Uber’s Chief Executive Dara Khosrowshahi said market turbulence in the U.S. would be unlikely to affect the ride-hailing titan’s plans for a public listing, Wall Street Journal reports.
“Any company that’s going public would like to do it in a positive, stable market,” Khosrowshahi said in an interview Tuesday in Singapore, pointing out that the startup is large and flexible enough to go public in almost any market.
Khosrowshahi said Uber was internally on track to list this year, having previously said he expected to seek a debut in the second half of 2019 in what would be one of the biggest public offerings planned for the year. The company is also keeping an eye out for a possible debut by rival U.S. firm Lyft Inc., which has indicated it plans to seek an IPO this year and filed confidentially with the SEC the same day Uber did.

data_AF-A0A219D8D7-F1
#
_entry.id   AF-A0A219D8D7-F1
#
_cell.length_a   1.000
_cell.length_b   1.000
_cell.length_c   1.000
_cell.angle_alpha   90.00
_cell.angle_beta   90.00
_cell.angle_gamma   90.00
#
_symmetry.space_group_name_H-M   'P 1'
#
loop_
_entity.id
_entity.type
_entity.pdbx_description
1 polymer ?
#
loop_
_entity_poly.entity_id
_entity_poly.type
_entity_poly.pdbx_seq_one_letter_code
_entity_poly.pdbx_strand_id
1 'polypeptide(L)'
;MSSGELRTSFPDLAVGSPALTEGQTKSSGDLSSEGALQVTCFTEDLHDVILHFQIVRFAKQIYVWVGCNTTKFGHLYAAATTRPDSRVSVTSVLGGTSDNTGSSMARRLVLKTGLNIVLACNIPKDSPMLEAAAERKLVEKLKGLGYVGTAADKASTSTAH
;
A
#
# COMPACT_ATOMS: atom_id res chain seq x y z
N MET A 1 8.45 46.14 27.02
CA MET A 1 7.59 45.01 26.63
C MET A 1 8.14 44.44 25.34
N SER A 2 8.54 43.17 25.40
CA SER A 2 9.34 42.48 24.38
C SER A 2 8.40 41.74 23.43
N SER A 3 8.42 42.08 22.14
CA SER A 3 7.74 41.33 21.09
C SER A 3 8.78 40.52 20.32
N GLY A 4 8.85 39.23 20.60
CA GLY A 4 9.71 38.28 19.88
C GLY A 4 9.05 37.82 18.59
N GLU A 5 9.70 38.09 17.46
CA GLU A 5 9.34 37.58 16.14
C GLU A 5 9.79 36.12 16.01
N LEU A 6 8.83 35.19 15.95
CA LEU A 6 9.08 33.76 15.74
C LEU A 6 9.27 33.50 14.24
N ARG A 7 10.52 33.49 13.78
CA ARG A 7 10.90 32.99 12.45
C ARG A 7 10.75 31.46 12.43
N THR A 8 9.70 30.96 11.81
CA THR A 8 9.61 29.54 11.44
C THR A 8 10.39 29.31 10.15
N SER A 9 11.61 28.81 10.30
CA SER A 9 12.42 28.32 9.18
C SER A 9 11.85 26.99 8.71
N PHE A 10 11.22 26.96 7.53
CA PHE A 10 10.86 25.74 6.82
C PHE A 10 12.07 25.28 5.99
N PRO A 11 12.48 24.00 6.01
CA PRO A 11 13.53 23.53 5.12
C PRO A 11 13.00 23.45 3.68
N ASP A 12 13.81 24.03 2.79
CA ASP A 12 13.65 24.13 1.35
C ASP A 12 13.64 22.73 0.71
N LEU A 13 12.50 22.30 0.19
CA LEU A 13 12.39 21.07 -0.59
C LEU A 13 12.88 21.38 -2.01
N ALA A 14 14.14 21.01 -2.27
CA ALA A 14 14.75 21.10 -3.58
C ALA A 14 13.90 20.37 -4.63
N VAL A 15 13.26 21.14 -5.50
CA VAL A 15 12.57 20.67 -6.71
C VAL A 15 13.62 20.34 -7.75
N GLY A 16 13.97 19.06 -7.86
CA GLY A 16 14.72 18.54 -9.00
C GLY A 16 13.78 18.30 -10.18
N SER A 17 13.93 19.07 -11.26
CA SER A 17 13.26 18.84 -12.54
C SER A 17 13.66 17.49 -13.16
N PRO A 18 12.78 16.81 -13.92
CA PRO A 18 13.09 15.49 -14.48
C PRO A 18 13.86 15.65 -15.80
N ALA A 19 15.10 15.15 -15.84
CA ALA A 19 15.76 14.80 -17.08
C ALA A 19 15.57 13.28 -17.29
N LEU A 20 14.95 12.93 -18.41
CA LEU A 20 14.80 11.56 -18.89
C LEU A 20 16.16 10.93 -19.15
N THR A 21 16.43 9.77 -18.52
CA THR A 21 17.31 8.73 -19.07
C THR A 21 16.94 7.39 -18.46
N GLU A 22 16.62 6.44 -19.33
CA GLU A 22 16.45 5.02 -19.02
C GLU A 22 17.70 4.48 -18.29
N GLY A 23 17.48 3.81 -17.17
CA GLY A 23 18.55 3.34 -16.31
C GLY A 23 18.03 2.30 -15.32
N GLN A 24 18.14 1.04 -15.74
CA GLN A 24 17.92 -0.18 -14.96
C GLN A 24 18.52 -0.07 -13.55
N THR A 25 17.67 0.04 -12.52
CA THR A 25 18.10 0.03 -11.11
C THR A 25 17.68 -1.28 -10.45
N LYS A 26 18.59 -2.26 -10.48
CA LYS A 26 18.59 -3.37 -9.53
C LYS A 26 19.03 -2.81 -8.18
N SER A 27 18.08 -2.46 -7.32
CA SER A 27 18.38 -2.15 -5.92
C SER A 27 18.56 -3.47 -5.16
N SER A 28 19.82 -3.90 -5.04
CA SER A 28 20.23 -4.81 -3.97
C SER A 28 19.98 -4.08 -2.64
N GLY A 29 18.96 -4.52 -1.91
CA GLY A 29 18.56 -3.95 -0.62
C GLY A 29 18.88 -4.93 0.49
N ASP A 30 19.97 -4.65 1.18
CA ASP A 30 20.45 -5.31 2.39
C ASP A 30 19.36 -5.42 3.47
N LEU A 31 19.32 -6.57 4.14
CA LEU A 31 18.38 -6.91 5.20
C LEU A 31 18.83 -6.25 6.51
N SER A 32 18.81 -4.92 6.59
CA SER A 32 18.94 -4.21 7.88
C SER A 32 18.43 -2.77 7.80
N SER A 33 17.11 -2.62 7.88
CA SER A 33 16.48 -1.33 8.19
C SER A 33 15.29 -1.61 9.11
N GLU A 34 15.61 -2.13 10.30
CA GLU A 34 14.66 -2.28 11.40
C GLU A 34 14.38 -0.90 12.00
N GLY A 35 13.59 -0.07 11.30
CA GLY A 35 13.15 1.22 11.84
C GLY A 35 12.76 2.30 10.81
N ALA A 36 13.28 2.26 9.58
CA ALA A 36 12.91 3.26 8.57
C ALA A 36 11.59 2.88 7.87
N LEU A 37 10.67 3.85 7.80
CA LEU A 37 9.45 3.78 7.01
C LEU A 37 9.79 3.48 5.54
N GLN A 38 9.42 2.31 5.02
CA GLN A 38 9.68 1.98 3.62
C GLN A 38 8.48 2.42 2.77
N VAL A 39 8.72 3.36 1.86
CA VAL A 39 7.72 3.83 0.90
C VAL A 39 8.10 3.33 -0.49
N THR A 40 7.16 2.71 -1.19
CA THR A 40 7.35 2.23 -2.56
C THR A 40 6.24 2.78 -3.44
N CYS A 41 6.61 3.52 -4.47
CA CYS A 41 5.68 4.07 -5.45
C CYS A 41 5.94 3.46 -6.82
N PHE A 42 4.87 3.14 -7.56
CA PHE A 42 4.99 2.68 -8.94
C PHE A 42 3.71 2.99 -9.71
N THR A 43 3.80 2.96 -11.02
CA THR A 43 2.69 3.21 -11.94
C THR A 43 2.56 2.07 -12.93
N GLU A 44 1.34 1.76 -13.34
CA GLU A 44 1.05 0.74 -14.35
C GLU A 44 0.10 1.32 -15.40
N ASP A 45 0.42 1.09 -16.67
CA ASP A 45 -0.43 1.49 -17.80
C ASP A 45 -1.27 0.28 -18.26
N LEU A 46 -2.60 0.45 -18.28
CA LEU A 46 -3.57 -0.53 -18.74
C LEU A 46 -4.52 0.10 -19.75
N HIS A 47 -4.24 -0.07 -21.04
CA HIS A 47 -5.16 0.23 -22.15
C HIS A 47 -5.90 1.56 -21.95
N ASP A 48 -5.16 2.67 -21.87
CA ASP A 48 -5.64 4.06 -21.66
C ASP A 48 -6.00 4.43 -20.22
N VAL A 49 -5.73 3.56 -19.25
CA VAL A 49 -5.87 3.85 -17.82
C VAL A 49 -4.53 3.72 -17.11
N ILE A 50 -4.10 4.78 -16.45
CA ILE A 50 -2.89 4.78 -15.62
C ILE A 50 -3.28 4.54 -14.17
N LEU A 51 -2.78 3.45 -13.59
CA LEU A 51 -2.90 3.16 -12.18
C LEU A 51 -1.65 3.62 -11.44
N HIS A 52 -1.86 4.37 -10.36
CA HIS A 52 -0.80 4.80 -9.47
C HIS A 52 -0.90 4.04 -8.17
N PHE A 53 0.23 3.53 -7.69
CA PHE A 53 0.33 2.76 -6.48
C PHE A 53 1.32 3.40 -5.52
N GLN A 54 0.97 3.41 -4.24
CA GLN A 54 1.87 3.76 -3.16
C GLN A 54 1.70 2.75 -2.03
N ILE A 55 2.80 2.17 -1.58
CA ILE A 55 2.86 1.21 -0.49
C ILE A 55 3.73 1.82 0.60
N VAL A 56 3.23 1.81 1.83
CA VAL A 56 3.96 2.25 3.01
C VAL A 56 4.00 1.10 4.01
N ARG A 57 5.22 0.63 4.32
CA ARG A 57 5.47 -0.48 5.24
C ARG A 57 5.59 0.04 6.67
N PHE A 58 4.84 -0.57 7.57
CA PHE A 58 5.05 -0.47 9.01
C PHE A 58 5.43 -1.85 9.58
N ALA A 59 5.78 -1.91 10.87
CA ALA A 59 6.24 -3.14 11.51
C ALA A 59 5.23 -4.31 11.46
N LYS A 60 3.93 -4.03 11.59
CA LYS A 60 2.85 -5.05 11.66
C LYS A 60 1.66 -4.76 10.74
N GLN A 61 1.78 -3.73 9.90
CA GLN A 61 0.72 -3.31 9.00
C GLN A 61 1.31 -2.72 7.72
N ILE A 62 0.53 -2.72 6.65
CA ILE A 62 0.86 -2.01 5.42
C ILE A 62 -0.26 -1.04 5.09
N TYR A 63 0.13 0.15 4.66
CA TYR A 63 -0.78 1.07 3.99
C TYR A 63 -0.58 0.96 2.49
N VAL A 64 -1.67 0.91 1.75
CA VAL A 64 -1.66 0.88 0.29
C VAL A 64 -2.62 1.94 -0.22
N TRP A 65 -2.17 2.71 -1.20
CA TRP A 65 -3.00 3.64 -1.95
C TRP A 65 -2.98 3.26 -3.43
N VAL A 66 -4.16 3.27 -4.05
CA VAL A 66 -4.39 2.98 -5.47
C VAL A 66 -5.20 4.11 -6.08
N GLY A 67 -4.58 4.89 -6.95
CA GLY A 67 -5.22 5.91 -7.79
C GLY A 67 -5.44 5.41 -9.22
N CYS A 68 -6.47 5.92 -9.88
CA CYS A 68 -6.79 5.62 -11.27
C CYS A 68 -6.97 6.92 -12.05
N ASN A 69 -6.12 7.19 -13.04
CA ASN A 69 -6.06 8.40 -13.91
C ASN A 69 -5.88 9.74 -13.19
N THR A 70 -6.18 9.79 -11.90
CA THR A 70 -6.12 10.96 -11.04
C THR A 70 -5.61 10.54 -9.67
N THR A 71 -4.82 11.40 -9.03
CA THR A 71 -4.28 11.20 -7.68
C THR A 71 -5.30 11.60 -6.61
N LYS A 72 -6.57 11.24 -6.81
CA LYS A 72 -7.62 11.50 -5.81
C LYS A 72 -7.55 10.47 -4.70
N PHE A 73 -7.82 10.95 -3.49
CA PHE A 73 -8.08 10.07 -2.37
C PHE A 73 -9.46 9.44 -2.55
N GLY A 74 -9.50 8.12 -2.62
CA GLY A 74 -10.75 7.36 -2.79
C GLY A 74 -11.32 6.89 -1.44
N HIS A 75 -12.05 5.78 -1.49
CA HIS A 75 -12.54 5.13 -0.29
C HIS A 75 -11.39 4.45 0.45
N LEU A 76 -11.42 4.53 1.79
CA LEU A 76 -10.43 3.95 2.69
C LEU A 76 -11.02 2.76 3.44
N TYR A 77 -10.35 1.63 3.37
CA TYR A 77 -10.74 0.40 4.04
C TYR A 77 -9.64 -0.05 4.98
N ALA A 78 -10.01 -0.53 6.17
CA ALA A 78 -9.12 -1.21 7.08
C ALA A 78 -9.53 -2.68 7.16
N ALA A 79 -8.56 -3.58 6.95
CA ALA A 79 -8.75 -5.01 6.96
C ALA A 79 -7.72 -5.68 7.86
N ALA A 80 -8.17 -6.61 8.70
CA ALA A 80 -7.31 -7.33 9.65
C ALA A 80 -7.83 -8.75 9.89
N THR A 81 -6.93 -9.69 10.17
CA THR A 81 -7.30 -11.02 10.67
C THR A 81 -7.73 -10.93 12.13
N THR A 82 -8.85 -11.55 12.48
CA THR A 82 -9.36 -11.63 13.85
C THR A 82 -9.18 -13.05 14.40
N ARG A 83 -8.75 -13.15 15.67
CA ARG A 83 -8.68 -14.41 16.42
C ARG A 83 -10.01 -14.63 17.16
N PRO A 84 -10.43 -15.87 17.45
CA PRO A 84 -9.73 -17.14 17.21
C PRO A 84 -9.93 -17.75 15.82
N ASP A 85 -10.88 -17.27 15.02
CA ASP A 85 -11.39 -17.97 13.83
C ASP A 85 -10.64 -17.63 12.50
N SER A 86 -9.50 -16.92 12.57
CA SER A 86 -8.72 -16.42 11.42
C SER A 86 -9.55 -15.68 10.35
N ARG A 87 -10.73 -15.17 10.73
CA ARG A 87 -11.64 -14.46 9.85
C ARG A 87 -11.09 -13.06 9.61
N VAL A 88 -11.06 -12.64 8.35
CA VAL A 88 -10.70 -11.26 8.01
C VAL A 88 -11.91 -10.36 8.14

“The good news is that we’ve got a strong balance sheet so we don’t need to go public this year,” he said. “It’s a desire, but if it doesn’t happen it doesn’t happen. I’d be disappointed and I think our shareholders would be disappointed but the company would be just fine.”
The San Francisco company’s banking advisers have suggested Uber could go public at a valuation of $120 billion, the Journal has reported. The company’s most recent private valuation was $76 billion, when it sold a roughly $500 million stake to Toyota, the Journal notes.
Tech stocks have been hard hit amid worries about the health of the global economy and trade tensions between the U.S. and China. The turmoil could cast a pall over some companies’ IPO plans in 2019. U.S. stocks closed out last year with their steepest annual declines since the financial crisis.